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Operating costs fall for a third year in a row

 Total annual
operating costs in the shipping industry fell by an average of 0.8 per cent in
2014, according to Moore Stephens’ OpCost 2015.  This compares with the
0.3 per cent average fall in costs recorded for 2013.

All categories of
expenditure in 2014 were down on those for the previous 12-month period.
Total operating costs for the tanker, bulker and container ship sectors
were all down in 2014, the financial year covered by the study.
On a year-on-year basis, the tanker index was down by 2 points, or 1.1 per
cent, while the bulker index fell by one point, or 0.6 per cent.
The container ship index, meanwhile, was down by 2 points, or 1.2 per cent.
The corresponding figures in last year’s OpCost study showed a rise of 2 points
in the tanker index, and falls of 2 points in the bulker and container ship
indices.
There was an 0.1
per cent overall average fall in 2014 crew costs, compared to the 2013 figure.
Tankers overall
experienced a fall in crew costs of 0.4 per cent on average, compared to the
1.8 per cent increase recorded in 2013. For bulkers, and for container ships,
crew costs were unchanged from 2013.
Expenditure on
stores was down by 2.4 per cent overall, compared to the fall of 1.9 per cent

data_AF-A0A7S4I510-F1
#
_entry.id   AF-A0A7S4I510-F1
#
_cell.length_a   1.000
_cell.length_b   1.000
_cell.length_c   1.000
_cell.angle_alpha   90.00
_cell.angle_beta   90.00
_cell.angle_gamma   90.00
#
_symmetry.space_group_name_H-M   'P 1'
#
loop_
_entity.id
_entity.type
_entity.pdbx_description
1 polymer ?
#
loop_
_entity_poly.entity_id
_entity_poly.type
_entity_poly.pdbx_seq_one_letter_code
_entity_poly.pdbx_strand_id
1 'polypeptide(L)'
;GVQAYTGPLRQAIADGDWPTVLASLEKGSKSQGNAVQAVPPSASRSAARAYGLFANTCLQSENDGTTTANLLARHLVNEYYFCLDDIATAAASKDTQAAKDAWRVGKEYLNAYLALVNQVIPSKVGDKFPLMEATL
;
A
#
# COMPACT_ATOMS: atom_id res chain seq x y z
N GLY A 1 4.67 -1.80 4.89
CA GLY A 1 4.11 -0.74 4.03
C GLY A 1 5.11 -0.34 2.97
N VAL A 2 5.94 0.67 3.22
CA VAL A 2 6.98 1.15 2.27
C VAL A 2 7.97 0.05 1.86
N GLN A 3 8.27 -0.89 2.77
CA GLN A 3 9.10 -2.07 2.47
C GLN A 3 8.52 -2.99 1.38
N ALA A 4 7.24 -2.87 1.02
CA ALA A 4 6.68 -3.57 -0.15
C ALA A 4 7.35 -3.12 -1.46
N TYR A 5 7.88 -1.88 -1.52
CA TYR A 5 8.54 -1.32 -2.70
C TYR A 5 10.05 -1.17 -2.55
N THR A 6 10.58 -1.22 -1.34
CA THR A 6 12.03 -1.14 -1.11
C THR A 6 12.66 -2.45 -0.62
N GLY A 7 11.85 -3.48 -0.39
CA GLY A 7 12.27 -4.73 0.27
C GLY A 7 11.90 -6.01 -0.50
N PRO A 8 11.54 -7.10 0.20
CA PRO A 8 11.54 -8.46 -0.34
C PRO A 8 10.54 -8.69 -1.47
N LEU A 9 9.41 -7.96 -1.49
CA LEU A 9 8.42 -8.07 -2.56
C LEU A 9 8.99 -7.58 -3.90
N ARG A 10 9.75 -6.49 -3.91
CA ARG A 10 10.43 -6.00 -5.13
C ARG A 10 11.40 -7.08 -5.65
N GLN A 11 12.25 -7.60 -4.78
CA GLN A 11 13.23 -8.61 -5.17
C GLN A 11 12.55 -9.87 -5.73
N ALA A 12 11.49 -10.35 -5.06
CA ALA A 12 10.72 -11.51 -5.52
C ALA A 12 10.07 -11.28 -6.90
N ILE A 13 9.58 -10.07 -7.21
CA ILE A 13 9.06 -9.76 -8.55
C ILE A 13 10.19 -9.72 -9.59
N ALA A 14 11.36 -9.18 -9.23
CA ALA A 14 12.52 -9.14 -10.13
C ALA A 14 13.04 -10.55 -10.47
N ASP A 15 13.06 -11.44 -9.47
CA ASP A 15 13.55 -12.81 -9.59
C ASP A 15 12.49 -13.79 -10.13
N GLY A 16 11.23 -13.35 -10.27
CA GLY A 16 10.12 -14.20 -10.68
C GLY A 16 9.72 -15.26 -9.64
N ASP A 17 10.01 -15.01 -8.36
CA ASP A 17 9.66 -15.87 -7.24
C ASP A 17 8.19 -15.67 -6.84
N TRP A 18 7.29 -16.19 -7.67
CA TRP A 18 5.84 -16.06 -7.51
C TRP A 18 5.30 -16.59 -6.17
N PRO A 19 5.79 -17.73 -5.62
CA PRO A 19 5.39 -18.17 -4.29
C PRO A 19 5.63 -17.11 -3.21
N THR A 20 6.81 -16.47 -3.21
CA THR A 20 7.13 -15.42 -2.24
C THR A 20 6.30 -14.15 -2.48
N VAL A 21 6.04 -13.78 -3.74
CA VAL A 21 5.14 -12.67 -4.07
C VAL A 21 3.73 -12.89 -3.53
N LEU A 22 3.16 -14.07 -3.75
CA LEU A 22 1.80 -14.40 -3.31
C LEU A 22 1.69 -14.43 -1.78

in 2013, while there was an overall fall in repair and maintenance costs of 0.6
per cent, compared to the 0.4 per cent reduction recorded for 2013.
 Insurance costs went down by 0.4 per cent
compared to the 0.3 per cent fall recorded for 2013.
A third successive
annual fall in operating costs must be good news for an industry already facing
serious financial issues and preparing to meet still more.

The challenge for
shipping is how to build the cost of operation into freight rates in a way
which allows for a reasonable profit margin in an industry which is driven by
competition and characterised by over-tonnaging.

Two things are
certain. Firstly, the business of operating ships will remain a costly
undertaking. Secondly, the impetus for higher freight rates will not come from
the shipping industry’s customers.
Credit: Baird Maritime

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